What is the right attitude to the season of Lent?   It is a celebration of spring, the beginning of new life.  We must approach this season with a desire to let the old self die so that the new being can rise up.  The season of Lent is about renewal of our spiritual life.  It is about giving up our sins “so that in him we might become the goodness of God.”  It is to recognize that our sins have brought us shame and misery.  The prophet said, “Let them say, ‘Spare your people, Lord! Do not make your heritage a thing of shame, a byword for the nations, ‘Where is their God?’ Then the Lord, jealous on behalf of his land, took pity on his people.”   Therefore, it is a time of grace as St Paul says, “As his fellow workers, we beg you once again not to neglect the grace of God that you have received. For he says: At the favourable time, I have listened to you; on the day of salvation I came to your help. Well, now is the favourable time; this is the day of salvation.”   So let us hear the Word of God, “Come back to me with all your heart, fasting, weeping, mourning.”  Isaiah added, “Let your hearts be broken not your garments torn, turn to the Lord your God again, for he is all tenderness and compassion, slow to anger, rich in graciousness, and ready to relent.”

It is a time to be reconciled with God, with our neigbours and with ourselves.  St Paul said, “We are ambassadors for Christ; it is as though God were appealing through us, and the appeal that we make in Christ’s name is: be reconciled to God.”  Without reconciliation, there can be no peace, joy and unity.   Reconciliation entails dialogue, mutual understanding and mutual forgiveness.   Through forgiveness, we are set free from our past and our mistakes. With the psalmist, we say, “Give me again the joy of your help; with a spirit of fervour sustain me, O Lord, open my lips and my mouth shall declare your praise.”

So let us adopt the right spirit in living out this season of Lent, seeing it as something positive and life-giving.  It is a time to consider what are the essentials of life.  That is what fasting and penance will help us to do.  We have too many things cluttering our lives.  We must give up those things we do that destroy our peace and love in our family.  Life is more than making money and having pleasures.  It is about love, caring, affirming and encouraging each other.  Prayer, fasting and almsgiving must be seen as means to attain the Spirit of Christ through a life of detachment and discipline, a life of intense communion with the Lord and a life of mercy and compassion towards our fellowmen.  When “your your Father who sees all that is done in secret will reward you.”  Indeed, when we do for the right motive, great is our joy and reward because we become less focused on ourselves but on loving God and others.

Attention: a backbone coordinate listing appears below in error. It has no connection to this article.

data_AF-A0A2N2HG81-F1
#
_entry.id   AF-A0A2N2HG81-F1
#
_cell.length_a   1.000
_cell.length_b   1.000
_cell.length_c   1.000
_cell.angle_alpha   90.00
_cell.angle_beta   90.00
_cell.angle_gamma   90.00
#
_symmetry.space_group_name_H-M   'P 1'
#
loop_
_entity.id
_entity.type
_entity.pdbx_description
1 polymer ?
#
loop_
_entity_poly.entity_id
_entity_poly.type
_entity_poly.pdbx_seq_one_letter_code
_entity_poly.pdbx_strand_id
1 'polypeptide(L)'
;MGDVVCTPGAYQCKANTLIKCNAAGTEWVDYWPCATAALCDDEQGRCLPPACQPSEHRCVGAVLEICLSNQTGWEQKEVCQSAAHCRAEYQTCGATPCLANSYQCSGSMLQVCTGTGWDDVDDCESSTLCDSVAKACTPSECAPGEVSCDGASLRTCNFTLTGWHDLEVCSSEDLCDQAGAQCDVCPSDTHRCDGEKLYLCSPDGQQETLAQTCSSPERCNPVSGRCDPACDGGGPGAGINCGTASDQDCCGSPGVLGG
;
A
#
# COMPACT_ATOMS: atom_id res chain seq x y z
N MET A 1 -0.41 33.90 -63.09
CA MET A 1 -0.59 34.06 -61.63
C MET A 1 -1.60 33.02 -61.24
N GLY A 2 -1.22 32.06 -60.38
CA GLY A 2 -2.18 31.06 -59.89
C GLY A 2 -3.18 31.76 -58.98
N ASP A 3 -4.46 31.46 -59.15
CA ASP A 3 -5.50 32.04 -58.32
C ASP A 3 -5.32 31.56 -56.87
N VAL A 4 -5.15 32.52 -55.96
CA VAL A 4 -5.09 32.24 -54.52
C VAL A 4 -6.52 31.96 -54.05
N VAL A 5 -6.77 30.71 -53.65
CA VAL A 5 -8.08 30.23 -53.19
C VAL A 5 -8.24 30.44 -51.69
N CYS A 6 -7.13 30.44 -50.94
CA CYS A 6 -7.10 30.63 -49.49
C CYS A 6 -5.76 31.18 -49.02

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Written by The Most Rev William Goh Roman Catholic Archbishop of Singapore 
 
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Image may contain: one or more people
Pope Benedict XVI receives ashes from Cardinal Angelo Comastri, archpriest of St. Peter’s Basilica, during Ash Wednesday Mass at the Vatican. (CNS-Paul Haring).j (From 2013)
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Jesus “denounces religious hypocrisy, behavior that wants to show off, attitudes that seek applause and approval,” the pope said in his homily during Mass on Wednesday in St. Peter’s Basilica. “The true disciple does not serve himself or the ‘public,’ but his Lord, in simplicity and generosity.”

Coming two days after Pope Benedict announced that he would be the first pope in 600 years to resign, the Mass inevitably took on a valedictory tone.

“For me it is also a good opportunity to thank everyone, especially the faithful of the diocese of Rome, as I prepare to conclude the Petrine ministry, and I ask you for a special remembrance in your prayer,” the pope told the congregation, including dozens of cardinals and bishops, filling the vast basilica.

The Ash Wednesday liturgy, traditionally held in two churches on Rome’s Aventine Hill, was moved to St. Peter’s to accommodate the greatest possible number of faithful.

https://www.ncronline.org/news/vatican/ash-wednesday-pope-preaches-humility-christian-unity

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Pope Benedict’s Sermon Feburay 13, 2013 (Ash Wednesday)

The service was the last large liturgical event of Pope Benedict’s papacy.